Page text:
Mark Twain, an IEE. I absolutely LOVED his Joan of Arc. Mark Twain absolutely loved Joan, too - He considered this book to be the pinnacle of his literary works. (excerpt from that article, here):
A young boy approached Mark Twain one day, after spotting the famous author standing alone on a stone bridge in Redding, Conn. Twain was a familiar presence in the community, and the boy had awaited such a chance to express his admiration. “I was glad that he was alone,” Coley Taylor recalled years later in an article in American Heritage. “I had wanted to tell him how much I had enjoyed Tom Sawyer and Huckleberry Finn.””
But Twain’s response to the young boy’s praise was shocking. “I had never seen him so cross. I can see him yet, shaking that long forefinger at me,” Taylor recalled. “You shouldn’t read those books about bad boys!” the author scolded. “Now listen to what an old man tells you. My best book is my Recollections of Joan of Arc. You are too young to understand and enjoy it now, but read it when you are older. Remember then what I tell you now. Joan of Arc is my very best book.
[Mark Twain was very much like IEE N.C. Wyeth in this way, minimizing his own (renowned) work].
My experience reading this book was very much as described in an Amazon top review:
"When I first picked up Twain’s Personal Recollections of Joan of Arc, I was somewhat daunted by its length; by the time I finished it, however, I wished that it were longer. In fact, I read slowly, taking care not to skip over phrases as I often do, so that I could savor it for as long as possible. This story is simply that lovely. Or, better said, the story itself is not lovely, recounting as it does the engineered fall of a young woman, but the writing, and the characters are so lush and lively and pathos-inspiring, that I wished I might keep reading about them."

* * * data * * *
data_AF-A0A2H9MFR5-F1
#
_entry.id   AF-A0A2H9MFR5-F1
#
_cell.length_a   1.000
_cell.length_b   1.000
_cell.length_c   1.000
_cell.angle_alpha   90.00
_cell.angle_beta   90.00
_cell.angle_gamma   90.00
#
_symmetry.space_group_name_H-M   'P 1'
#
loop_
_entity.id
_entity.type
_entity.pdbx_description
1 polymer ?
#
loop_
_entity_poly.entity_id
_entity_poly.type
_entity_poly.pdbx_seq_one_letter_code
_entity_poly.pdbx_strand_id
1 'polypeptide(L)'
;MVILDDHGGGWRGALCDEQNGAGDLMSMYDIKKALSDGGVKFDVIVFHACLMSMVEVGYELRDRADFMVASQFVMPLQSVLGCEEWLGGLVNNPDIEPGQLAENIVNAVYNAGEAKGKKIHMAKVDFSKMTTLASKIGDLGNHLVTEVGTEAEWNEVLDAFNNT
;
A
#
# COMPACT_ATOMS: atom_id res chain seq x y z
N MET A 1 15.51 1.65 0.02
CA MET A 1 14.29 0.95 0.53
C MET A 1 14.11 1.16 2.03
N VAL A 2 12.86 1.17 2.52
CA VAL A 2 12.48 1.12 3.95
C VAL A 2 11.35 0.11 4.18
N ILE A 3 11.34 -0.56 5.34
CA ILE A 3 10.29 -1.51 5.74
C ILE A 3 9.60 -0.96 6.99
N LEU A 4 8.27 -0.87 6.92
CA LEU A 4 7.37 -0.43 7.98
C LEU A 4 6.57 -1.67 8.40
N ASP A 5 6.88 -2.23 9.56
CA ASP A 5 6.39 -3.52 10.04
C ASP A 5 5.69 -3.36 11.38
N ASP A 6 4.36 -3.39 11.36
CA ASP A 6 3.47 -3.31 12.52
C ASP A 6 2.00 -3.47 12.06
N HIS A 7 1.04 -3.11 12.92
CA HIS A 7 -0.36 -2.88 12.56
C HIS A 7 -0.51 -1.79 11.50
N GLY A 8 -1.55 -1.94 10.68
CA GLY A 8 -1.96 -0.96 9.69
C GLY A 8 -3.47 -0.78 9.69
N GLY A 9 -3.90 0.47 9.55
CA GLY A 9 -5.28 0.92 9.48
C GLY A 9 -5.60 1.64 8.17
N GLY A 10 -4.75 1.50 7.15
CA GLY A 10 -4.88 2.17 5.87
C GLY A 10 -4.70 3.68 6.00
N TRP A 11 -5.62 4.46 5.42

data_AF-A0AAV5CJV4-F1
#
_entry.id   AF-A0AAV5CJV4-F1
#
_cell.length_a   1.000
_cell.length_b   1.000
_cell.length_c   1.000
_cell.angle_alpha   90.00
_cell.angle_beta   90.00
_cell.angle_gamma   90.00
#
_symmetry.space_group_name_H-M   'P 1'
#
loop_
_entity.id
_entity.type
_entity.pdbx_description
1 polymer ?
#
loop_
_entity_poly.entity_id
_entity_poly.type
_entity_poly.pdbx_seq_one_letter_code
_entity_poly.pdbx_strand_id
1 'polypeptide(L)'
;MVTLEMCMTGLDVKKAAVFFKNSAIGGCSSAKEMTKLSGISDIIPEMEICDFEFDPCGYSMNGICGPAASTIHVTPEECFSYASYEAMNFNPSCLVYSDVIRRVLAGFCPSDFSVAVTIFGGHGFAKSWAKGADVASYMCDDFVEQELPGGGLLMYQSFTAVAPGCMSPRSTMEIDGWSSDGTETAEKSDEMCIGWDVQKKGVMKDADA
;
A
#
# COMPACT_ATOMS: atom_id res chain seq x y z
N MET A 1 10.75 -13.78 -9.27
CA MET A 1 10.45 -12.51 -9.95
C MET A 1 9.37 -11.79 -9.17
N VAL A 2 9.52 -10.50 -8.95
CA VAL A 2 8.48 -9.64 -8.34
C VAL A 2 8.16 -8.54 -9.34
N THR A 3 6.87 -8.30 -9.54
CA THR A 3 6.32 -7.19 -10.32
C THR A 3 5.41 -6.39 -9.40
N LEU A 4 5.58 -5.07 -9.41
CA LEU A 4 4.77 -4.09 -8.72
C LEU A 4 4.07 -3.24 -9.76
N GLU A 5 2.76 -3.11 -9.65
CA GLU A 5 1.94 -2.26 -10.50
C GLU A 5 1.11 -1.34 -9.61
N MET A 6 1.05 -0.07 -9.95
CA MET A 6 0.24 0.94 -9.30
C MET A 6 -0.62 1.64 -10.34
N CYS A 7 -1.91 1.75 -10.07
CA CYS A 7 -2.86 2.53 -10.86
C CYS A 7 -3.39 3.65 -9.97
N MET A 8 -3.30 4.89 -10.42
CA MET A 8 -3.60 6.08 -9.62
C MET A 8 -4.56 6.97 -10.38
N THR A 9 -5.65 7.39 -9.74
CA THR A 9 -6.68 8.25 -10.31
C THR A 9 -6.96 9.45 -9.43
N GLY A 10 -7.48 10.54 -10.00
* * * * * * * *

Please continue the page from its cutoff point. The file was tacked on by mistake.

Many artists were inspired by Joan of Arc, including Howard Pyle, mentioned above. Pyle's illustrates Joan was as a gentle girl (vs. the tough, manly girl you would expect and how movies have depicted her), which is the accurate depiction from Twain's book. Twain's book is accurate because he devoted 12 years to the book, as, because of multiple trial testimonies, we know this is how Joan was described in her day. God does use the unlikely ones (like choosing Moses to speak for him, who described himself as "slow of speech and tongue.") Joan was described as gentle, feminine and retiring. A friend of the fairies as a child, and she like to sew at home as a teen. So not what you would expect for what she did! She, a simple peasant, is considered the most well-documented person of her time, on account of the trials she endured, starting from a young age, before she went off to war. So Twain had mountains of documentation to work with.
Howard Pyle paintings of Joan of Arc:
Franck Schoonover paintings (he also studied in the elite group with with N.C. Wyeth under Howard Pyle):
(2nd one is "Gooseberry Spring" from Twain's Joan of Arc - his description of Joan's childhood and what she said of fairies is delightful:
Paintings from other artists::